Sorry for the radio silence, folks! It was moving week!
Agent L has had a fairly peripatetic life in Istanbul, but heretofore moving was more or less easy. I simply packed my things back into the three suitcases I moved here with, shoveled the overflow into some trashbags, got a few friends to help, and was on my way. The biggest thing I owned was a drying rack, which is cumbersome, but not heavy. Recently, though, I’ve been acquiring STUFF. Not enough stuff to justify the hire of a moving company or even a van for the afternoon, but more stuff than I can carry myself, or even with the help of a few friends. In my last place I needed to buy a wardrobe, a chest of drawers, and a little night table. When I bought them from second hand street, they were delivered, smilingly, that night to my apartment. For free! (Looooove Second Hand Street) But how to get them out again? My plan was to get an eskici- one of the junk men who wander the street with hand-push carts- to come over, and for a load give him something like 50 TL. For a number of frustrating but not terribly interesting reasons, this plan fell through, and at the last minute I wound up pulling two burly men friends out of a bar and together the three of us wheeled my chattels away with a dolly. It was ridiculous and stressful, and one of my drawers broke, but at least it was all done, and for the low and enjoyable price of many drinks at Igzas.
I have been very lucky with this move- my friends who I’m inheriting the apartment from were moving back to America and needed to sell all their stuff before they went. I bought what I could afford- bed, rugs, pull out couch, a table, the cooktop, and some miscellany. They sold whatever I didn’t want/ couldn’t afford to friends, and we all pitched in on a truck to get it out and delivered and to get my new spare room bed – from a friend who’s- Mazel tov!- moving in with his girlfriend- in. That left only the washer, bought from another friend who lives five blocks away. The thing had to be picked up by the twelfth, and the plan was, again, to dolly. Know where you can rent a dolly in this city? Why, at any of the fine mom and pop hardware and paint stores that are conveniently located absolutely everywhere- there are two in a three block radius from my home. Do you know what are all, without exception, closed on Sundays? EFFING MOM AND POP HARDWARE AND PAINT STORES THAT ARE CONVENIENTLY LOCATED ABSOLUTELY EVERYWHERE.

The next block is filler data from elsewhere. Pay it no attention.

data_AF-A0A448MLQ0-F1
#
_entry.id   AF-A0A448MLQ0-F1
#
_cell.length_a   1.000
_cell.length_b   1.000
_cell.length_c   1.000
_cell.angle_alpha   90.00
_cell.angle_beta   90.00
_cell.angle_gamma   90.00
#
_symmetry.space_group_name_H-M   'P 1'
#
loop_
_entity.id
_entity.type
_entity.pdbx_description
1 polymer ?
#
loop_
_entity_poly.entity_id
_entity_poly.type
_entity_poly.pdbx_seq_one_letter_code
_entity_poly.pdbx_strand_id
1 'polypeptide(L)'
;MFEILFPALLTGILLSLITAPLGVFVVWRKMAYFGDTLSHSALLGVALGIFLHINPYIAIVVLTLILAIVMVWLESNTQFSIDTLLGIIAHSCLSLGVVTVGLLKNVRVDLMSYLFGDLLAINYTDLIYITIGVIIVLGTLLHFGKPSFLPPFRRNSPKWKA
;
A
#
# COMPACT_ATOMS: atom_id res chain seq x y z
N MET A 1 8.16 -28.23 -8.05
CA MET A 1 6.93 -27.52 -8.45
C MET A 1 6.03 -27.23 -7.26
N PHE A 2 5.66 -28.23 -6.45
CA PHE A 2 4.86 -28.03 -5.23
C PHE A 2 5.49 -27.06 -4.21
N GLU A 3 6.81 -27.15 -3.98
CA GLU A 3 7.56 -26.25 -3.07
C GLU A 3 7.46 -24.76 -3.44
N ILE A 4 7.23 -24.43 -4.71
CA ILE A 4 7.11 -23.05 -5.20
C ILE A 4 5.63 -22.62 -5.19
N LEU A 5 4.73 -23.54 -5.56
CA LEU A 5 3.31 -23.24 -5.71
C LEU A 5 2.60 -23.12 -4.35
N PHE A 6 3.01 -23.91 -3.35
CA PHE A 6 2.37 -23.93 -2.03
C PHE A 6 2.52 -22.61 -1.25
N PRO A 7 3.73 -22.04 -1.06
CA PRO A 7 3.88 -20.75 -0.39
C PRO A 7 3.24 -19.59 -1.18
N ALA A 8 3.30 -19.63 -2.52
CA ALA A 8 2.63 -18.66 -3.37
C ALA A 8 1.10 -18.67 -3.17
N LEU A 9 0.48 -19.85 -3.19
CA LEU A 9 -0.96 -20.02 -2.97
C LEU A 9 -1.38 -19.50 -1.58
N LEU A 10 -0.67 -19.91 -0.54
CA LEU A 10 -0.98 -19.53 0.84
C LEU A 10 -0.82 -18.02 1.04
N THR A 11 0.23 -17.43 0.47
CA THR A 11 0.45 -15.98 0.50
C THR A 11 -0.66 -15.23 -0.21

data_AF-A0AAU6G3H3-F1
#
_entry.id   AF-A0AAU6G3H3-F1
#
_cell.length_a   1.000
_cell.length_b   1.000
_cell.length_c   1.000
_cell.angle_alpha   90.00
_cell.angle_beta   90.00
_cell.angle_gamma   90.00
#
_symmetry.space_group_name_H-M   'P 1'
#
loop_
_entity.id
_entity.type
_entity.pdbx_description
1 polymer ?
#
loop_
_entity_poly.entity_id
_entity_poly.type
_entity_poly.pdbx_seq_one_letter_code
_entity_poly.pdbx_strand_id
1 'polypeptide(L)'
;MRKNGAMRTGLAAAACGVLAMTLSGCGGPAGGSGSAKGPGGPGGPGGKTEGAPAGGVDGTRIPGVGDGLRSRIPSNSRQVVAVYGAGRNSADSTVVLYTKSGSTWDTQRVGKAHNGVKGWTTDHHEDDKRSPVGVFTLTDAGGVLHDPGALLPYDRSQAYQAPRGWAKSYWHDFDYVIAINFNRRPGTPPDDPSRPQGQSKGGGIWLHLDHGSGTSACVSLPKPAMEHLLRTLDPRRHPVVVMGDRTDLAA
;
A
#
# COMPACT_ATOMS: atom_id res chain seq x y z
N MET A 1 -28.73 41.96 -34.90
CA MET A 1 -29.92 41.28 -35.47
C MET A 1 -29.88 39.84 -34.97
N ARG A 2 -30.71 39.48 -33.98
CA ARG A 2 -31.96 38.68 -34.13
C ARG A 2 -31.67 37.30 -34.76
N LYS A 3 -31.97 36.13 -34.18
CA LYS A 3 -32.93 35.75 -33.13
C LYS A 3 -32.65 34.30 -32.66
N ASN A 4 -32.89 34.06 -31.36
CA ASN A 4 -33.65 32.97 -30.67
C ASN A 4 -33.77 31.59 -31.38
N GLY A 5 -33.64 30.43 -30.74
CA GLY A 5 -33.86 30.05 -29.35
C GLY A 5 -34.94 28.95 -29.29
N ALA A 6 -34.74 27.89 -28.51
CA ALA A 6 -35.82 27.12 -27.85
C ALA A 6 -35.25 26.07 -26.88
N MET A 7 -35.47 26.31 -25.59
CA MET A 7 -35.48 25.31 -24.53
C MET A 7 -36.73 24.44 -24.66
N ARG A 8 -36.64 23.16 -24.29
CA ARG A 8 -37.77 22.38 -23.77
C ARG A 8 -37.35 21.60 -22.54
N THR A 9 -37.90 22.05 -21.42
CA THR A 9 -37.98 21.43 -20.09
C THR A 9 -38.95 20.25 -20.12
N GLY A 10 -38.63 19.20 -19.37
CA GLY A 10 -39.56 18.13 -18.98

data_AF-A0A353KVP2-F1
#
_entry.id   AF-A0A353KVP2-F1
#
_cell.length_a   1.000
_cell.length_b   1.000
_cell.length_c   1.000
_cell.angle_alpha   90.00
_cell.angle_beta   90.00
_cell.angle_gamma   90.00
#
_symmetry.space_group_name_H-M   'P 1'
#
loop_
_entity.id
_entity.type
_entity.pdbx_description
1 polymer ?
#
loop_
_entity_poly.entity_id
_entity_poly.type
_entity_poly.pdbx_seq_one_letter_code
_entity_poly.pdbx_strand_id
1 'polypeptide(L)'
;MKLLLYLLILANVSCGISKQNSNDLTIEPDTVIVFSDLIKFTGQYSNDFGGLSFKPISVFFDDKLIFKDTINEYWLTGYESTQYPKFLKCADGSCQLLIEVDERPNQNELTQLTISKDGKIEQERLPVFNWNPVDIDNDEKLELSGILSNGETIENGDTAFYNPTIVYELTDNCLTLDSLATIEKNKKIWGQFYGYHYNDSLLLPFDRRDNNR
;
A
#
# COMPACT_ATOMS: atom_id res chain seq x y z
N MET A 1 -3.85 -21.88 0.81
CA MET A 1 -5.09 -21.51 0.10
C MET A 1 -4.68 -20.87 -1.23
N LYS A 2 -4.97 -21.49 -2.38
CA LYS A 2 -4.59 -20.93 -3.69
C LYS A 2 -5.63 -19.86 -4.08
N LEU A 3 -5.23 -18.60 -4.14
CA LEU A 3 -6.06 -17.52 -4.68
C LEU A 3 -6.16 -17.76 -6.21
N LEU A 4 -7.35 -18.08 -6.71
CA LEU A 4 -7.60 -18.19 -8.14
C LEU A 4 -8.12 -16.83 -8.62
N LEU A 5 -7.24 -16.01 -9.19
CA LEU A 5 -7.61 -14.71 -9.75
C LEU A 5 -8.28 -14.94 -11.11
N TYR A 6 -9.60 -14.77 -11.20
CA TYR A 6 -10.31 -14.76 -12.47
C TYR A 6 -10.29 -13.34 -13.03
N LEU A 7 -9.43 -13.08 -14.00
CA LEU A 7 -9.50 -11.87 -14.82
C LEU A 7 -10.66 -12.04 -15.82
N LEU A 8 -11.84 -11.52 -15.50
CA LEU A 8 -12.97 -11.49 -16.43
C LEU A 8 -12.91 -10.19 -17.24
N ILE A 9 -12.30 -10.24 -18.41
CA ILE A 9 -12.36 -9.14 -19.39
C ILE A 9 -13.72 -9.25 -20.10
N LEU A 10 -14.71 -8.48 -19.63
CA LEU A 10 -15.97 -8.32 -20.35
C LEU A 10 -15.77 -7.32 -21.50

After quite a lot of pacing and hand wringing and what the fucking, (god bless Hannah, for showing up with pickles, cheese, and beer) a cart was found, two more burly men friends conscripted to heavy lifting, and my gorgeous, almost new washing machine all set up and ready to go.
Anyway, the place is a mess because my friends haven’t managed to ship all their stuff out of the apartment yet, I put most of my guest bed together before realizing I don’t seem to own a philips head screwdriver and then gave up, I haven’t bothered unpacking because why would I put everything away when I’m just moving all the furniture around after the last boxes get moved out anyway? Add to that a string of really busy work days during which I was three times out of the house for more than 14 hours, and the attendant take-out containers, dirty glasses, and piled up laundry, and we find ourselves overwhelmed.
Also there is a major cat problem, but that’s my next blog post.
But to sum up the major lessons I learned from this move:
1. If someone promises to talk to an eskici for you, make sure you have back-up, and then back-up for the back-up.
2. Dollies can be found and taken for a day at just about any of the little mom and pop hardware stores, and those stores are everywhere. Do not count on one on a Sunday.
3. If you arrange a van, do not expect it to arrive on time.
4. If you are trying to coordinate picking up and dropping off furniture with a bunch of your friends on a beautiful spring day that happens to also be a major teaching holiday, and all of your friends are teachers, expect quite a few of them to be surprised that the plan is still in effect. Expect everyone to clamor for their stuff to be dropped off first so they can still make it to the islands.
5. This from ‘Lina: Never be afraid to ask, and always be grateful, even if the answer is no.
Now, who has a philips head screwdriver I can borrow?